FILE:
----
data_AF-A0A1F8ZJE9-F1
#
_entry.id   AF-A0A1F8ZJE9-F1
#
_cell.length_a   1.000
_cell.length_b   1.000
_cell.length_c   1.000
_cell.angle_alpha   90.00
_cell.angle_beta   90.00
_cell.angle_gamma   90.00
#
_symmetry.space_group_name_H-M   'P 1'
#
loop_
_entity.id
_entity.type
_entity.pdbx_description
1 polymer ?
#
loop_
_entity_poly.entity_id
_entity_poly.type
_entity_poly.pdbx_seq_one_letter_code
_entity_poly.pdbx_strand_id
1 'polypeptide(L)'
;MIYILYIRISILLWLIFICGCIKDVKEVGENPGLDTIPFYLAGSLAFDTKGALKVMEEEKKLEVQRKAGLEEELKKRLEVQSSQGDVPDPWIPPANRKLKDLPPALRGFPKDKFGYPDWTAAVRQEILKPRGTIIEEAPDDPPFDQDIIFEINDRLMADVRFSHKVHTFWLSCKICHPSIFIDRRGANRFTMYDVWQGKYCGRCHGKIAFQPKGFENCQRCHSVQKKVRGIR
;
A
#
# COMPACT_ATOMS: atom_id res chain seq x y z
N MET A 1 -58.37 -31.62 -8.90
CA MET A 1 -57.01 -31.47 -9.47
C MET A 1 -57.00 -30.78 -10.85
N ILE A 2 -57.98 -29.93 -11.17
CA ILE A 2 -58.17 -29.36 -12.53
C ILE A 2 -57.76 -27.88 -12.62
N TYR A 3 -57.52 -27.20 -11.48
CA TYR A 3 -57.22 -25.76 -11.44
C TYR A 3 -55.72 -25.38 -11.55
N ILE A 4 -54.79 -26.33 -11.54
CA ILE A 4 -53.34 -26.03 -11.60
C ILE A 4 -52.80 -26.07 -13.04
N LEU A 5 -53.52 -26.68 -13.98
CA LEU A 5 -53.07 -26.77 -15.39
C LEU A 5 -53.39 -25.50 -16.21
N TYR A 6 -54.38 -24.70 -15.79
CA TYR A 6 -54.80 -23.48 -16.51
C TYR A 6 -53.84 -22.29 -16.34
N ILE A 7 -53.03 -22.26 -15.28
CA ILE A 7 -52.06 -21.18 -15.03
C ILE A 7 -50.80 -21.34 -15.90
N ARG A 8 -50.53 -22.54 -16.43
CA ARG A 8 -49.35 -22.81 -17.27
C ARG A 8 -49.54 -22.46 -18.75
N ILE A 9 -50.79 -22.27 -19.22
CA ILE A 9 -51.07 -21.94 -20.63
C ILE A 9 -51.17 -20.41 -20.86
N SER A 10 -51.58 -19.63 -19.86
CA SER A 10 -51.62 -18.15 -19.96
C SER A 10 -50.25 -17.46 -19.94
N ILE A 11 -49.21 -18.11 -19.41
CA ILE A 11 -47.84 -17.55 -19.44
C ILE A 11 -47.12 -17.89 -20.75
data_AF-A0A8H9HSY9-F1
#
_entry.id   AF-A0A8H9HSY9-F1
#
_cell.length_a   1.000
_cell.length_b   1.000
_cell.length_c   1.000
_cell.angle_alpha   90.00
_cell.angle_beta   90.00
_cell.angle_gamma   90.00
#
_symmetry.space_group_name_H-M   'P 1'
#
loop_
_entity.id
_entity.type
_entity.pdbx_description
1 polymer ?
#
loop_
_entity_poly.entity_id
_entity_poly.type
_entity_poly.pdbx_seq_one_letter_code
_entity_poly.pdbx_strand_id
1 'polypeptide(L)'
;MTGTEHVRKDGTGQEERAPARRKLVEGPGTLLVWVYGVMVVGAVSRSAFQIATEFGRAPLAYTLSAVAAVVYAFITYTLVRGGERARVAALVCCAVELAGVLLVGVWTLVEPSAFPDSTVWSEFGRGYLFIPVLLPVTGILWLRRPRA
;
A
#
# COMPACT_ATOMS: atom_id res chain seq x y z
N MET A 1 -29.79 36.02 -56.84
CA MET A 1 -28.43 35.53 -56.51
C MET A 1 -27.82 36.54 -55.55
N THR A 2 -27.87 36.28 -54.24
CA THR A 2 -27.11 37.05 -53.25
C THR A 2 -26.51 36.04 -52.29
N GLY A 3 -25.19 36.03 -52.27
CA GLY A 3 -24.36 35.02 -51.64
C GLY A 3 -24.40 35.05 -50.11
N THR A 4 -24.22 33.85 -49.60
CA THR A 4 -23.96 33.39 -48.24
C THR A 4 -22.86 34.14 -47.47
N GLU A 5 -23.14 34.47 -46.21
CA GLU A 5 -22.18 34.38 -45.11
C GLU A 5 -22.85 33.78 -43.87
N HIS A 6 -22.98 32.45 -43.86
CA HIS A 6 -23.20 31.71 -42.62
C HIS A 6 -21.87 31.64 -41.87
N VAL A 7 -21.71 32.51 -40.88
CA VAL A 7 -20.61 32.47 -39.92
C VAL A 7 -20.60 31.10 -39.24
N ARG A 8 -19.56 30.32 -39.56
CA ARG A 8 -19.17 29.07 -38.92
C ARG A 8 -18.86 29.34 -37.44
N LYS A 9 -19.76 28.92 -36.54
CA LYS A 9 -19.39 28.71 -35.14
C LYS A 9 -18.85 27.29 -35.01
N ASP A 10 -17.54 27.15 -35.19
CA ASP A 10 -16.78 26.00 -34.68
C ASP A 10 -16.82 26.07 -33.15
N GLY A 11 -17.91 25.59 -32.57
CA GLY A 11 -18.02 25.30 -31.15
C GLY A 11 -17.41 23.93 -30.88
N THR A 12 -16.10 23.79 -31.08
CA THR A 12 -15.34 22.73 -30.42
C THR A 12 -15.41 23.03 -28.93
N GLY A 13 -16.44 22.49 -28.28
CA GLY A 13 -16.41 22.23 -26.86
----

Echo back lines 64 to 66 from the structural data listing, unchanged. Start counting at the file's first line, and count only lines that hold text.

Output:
data_AF-A0A8H9HSY9-F1
#
_entry.id   AF-A0A8H9HSY9-F1